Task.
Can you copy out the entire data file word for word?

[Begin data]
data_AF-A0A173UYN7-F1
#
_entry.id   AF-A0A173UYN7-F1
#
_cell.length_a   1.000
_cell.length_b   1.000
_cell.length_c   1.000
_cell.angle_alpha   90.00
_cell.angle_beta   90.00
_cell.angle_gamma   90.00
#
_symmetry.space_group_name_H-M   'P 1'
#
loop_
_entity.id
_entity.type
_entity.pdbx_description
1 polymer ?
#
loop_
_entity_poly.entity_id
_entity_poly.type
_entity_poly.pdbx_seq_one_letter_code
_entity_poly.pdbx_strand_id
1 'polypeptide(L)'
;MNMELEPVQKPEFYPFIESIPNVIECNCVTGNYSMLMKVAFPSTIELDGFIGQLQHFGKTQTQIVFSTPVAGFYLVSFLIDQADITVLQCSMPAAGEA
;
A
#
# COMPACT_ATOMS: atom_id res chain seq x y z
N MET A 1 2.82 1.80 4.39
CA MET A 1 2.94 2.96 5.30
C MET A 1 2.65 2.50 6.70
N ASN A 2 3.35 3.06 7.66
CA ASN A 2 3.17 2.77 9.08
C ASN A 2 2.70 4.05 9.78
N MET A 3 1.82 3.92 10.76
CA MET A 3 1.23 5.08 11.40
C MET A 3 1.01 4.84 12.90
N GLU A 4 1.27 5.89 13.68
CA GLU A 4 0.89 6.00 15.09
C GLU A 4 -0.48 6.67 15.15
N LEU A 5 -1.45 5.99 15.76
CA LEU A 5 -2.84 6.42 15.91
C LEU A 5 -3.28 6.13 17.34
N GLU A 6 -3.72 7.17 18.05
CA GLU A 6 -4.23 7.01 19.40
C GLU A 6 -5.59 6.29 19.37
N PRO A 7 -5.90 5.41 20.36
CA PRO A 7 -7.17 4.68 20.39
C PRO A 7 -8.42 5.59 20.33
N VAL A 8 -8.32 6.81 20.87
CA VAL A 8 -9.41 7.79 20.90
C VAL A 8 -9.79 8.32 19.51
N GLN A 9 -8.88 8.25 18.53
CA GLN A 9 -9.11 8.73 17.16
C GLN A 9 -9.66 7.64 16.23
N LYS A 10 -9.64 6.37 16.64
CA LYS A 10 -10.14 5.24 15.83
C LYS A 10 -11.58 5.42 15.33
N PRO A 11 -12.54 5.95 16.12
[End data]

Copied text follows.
data_AF-A0A173UYN7-F1
#
_entry.id   AF-A0A173UYN7-F1
#
_cell.length_a   1.000
_cell.length_b   1.000
_cell.length_c   1.000
_cell.angle_alpha   90.00
_cell.angle_beta   90.00
_cell.angle_gamma   90.00
#
_symmetry.space_group_name_H-M   'P 1'
#
loop_
_entity.id
_entity.type
_entity.pdbx_description
1 polymer ?
#
loop_
_entity_poly.entity_id
_entity_poly.type
_entity_poly.pdbx_seq_one_letter_code
_entity_poly.pdbx_strand_id
1 'polypeptide(L)'
;MNMELEPVQKPEFYPFIESIPNVIECNCVTGNYSMLMKVAFPSTIELDGFIGQLQHFGKTQTQIVFSTPVAGFYLVSFLIDQADITVLQCSMPAAGEA
;
A
#
# COMPACT_ATOMS: atom_id res chain seq x y z
N MET A 1 2.82 1.80 4.39
CA MET A 1 2.94 2.96 5.30
C MET A 1 2.65 2.50 6.70
N ASN A 2 3.35 3.06 7.66
CA ASN A 2 3.17 2.77 9.08
C ASN A 2 2.70 4.05 9.78
N MET A 3 1.82 3.92 10.76
CA MET A 3 1.23 5.08 11.40
C MET A 3 1.01 4.84 12.90
N GLU A 4 1.27 5.89 13.68
CA GLU A 4 0.89 6.00 15.09
C GLU A 4 -0.48 6.67 15.15
N LEU A 5 -1.45 5.99 15.76
CA LEU A 5 -2.84 6.42 15.91
C LEU A 5 -3.28 6.13 17.34
N GLU A 6 -3.72 7.17 18.05
CA GLU A 6 -4.23 7.01 19.40
C GLU A 6 -5.59 6.29 19.37
N PRO A 7 -5.90 5.41 20.36
CA PRO A 7 -7.17 4.68 20.39
C PRO A 7 -8.42 5.59 20.33
N VAL A 8 -8.32 6.81 20.87
CA VAL A 8 -9.41 7.79 20.90
C VAL A 8 -9.79 8.32 19.51
N GLN A 9 -8.88 8.25 18.53
CA GLN A 9 -9.11 8.73 17.16
C GLN A 9 -9.66 7.64 16.23
N LYS A 10 -9.64 6.37 16.64
CA LYS A 10 -10.14 5.24 15.83
C LYS A 10 -11.58 5.42 15.33
N PRO A 11 -12.54 5.95 16.12